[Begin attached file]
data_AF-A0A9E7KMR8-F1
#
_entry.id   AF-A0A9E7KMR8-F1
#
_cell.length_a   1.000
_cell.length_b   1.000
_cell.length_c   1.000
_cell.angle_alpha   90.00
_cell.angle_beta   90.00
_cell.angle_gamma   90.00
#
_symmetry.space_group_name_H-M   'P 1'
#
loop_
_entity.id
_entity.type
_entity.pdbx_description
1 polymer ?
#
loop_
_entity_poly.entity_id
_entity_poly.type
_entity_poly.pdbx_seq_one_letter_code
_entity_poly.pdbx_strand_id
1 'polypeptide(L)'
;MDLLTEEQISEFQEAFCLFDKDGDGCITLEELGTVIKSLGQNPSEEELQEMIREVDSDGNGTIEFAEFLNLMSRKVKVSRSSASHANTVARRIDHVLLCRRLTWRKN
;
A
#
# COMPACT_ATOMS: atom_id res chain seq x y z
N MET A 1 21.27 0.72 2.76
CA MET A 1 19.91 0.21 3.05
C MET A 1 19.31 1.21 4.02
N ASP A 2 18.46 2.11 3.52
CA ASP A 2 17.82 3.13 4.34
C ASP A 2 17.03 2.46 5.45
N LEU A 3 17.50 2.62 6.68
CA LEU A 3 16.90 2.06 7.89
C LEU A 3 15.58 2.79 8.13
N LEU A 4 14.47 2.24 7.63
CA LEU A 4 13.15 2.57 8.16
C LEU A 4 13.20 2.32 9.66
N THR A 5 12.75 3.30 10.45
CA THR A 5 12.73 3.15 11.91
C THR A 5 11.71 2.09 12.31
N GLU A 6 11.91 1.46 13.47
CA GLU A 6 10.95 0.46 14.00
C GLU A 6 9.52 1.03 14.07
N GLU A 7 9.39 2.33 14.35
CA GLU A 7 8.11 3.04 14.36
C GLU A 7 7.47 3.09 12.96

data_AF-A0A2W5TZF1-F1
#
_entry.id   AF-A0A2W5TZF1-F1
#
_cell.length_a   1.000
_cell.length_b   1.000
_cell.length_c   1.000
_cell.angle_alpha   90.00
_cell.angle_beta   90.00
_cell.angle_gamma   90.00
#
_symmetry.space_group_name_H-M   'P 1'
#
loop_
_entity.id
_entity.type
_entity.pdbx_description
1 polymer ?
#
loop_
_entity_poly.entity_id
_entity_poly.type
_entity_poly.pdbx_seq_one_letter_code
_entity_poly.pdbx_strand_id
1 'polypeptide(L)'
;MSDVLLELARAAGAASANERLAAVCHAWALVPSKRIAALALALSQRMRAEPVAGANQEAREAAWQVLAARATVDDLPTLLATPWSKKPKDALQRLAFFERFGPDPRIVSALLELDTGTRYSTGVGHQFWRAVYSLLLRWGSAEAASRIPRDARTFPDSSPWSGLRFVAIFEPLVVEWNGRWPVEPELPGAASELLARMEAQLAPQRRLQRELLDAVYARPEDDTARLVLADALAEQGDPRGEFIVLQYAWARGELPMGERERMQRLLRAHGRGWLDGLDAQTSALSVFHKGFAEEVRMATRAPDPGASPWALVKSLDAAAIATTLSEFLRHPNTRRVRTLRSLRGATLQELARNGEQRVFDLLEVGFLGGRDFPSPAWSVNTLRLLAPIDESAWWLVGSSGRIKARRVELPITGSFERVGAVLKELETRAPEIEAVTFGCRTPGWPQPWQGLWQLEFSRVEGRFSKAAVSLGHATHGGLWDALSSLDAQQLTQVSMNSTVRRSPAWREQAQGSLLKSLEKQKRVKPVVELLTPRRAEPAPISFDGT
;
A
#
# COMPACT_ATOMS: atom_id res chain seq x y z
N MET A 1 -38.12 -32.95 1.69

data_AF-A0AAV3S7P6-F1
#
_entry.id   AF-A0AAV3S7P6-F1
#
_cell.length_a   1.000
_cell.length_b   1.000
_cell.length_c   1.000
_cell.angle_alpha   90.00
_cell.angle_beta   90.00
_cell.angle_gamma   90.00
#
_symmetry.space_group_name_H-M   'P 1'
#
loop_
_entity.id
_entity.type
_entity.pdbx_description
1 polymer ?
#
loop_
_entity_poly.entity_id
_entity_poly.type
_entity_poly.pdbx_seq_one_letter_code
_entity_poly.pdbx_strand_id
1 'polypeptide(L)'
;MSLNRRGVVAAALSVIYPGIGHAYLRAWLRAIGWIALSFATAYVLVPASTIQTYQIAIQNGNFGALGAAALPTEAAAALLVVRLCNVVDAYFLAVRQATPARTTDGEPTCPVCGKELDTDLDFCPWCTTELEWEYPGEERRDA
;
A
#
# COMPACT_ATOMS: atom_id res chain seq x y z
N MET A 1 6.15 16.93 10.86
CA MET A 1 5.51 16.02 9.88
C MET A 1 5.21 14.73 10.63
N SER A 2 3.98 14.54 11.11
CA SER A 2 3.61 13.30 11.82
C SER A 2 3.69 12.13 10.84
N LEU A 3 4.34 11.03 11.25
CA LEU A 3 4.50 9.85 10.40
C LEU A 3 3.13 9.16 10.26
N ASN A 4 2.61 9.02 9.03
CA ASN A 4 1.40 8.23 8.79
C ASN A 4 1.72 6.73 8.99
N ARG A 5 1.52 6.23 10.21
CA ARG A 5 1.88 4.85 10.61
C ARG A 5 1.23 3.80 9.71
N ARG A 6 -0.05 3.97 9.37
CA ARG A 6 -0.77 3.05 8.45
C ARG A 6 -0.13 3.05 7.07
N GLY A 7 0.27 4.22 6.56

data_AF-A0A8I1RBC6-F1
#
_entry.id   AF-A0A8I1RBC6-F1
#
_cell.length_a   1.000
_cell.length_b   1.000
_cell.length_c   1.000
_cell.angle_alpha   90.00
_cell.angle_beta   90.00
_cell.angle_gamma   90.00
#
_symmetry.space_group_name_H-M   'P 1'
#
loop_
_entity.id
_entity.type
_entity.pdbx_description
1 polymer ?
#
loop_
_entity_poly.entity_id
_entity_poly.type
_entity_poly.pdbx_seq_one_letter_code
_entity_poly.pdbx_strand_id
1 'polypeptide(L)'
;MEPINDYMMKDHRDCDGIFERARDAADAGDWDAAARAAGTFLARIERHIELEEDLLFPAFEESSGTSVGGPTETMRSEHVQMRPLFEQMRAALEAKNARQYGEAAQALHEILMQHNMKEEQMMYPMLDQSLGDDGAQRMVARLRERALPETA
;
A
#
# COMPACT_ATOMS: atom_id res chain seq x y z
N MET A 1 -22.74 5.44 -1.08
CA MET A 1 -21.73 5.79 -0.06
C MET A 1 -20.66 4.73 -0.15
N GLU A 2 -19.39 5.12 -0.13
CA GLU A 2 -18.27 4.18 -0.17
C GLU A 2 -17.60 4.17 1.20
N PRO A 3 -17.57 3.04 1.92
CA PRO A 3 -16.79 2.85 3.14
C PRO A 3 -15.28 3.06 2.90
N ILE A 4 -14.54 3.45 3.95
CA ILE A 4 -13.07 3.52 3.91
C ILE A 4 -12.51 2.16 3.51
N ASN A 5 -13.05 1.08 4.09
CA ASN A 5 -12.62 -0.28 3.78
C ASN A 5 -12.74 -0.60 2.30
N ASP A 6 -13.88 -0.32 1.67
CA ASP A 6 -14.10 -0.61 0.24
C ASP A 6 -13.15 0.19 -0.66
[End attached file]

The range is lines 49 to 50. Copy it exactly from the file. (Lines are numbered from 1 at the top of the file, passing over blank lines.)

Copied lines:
N GLU A 7 9.39 2.33 14.35
CA GLU A 7 8.11 3.04 14.36